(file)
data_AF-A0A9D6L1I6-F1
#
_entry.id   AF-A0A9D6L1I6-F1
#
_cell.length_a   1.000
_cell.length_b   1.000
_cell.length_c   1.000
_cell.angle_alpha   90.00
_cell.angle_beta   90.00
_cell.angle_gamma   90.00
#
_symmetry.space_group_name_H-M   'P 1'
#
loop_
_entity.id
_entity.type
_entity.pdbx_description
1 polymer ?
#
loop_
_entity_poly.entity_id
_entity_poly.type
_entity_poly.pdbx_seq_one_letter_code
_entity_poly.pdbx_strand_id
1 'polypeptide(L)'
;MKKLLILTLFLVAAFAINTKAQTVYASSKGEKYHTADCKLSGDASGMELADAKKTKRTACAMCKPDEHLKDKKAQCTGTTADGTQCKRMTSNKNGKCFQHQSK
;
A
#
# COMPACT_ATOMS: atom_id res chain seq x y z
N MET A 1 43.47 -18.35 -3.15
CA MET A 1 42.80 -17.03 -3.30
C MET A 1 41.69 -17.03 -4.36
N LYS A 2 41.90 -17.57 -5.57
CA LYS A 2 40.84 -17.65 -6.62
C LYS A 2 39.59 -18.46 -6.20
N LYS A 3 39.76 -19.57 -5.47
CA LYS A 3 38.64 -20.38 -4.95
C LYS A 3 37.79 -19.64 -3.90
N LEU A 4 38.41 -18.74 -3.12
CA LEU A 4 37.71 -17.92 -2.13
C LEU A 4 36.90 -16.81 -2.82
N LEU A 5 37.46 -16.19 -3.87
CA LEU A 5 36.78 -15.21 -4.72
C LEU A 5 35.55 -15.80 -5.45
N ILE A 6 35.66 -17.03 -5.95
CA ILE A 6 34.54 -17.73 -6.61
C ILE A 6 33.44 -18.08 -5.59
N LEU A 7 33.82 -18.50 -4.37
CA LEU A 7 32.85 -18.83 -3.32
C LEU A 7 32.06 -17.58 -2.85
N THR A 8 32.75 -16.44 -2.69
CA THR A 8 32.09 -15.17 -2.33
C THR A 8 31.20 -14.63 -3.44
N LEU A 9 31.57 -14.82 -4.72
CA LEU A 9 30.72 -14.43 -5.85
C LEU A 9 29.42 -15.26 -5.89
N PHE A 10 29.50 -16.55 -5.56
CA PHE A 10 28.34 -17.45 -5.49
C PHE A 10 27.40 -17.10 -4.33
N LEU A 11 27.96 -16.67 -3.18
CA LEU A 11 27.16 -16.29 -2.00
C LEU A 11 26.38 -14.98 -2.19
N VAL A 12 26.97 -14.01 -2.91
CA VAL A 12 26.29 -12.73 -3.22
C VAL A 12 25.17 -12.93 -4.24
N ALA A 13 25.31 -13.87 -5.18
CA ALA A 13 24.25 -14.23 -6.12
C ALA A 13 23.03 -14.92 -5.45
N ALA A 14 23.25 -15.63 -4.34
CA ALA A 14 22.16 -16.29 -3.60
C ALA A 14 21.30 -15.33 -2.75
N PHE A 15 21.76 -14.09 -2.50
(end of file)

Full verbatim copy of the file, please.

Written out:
data_AF-A0A9D6L1I6-F1
#
_entry.id   AF-A0A9D6L1I6-F1
#
_cell.length_a   1.000
_cell.length_b   1.000
_cell.length_c   1.000
_cell.angle_alpha   90.00
_cell.angle_beta   90.00
_cell.angle_gamma   90.00
#
_symmetry.space_group_name_H-M   'P 1'
#
loop_
_entity.id
_entity.type
_entity.pdbx_description
1 polymer ?
#
loop_
_entity_poly.entity_id
_entity_poly.type
_entity_poly.pdbx_seq_one_letter_code
_entity_poly.pdbx_strand_id
1 'polypeptide(L)'
;MKKLLILTLFLVAAFAINTKAQTVYASSKGEKYHTADCKLSGDASGMELADAKKTKRTACAMCKPDEHLKDKKAQCTGTTADGTQCKRMTSNKNGKCFQHQSK
;
A
#
# COMPACT_ATOMS: atom_id res chain seq x y z
N MET A 1 43.47 -18.35 -3.15
CA MET A 1 42.80 -17.03 -3.30
C MET A 1 41.69 -17.03 -4.36
N LYS A 2 41.90 -17.57 -5.57
CA LYS A 2 40.84 -17.65 -6.62
C LYS A 2 39.59 -18.46 -6.20
N LYS A 3 39.76 -19.57 -5.47
CA LYS A 3 38.64 -20.38 -4.95
C LYS A 3 37.79 -19.64 -3.90
N LEU A 4 38.41 -18.74 -3.12
CA LEU A 4 37.71 -17.92 -2.13
C LEU A 4 36.90 -16.81 -2.82
N LEU A 5 37.46 -16.19 -3.87
CA LEU A 5 36.78 -15.21 -4.72
C LEU A 5 35.55 -15.80 -5.45
N ILE A 6 35.66 -17.03 -5.95
CA ILE A 6 34.54 -17.73 -6.61
C ILE A 6 33.44 -18.08 -5.59
N LEU A 7 33.82 -18.50 -4.37
CA LEU A 7 32.85 -18.83 -3.32
C LEU A 7 32.06 -17.58 -2.85
N THR A 8 32.75 -16.44 -2.69
CA THR A 8 32.09 -15.17 -2.33
C THR A 8 31.20 -14.63 -3.44
N LEU A 9 31.57 -14.82 -4.72
CA LEU A 9 30.72 -14.43 -5.85
C LEU A 9 29.42 -15.26 -5.89
N PHE A 10 29.50 -16.55 -5.56
CA PHE A 10 28.34 -17.45 -5.49
C PHE A 10 27.40 -17.10 -4.33
N LEU A 11 27.96 -16.67 -3.18
CA LEU A 11 27.16 -16.29 -2.00
C LEU A 11 26.38 -14.98 -2.19
N VAL A 12 26.97 -14.01 -2.91
CA VAL A 12 26.29 -12.73 -3.22
C VAL A 12 25.17 -12.93 -4.24
N ALA A 13 25.31 -13.87 -5.18
CA ALA A 13 24.25 -14.23 -6.12
C ALA A 13 23.03 -14.92 -5.45
N ALA A 14 23.25 -15.63 -4.34
CA ALA A 14 22.16 -16.29 -3.60
C ALA A 14 21.30 -15.33 -2.75
N PHE A 15 21.76 -14.09 -2.50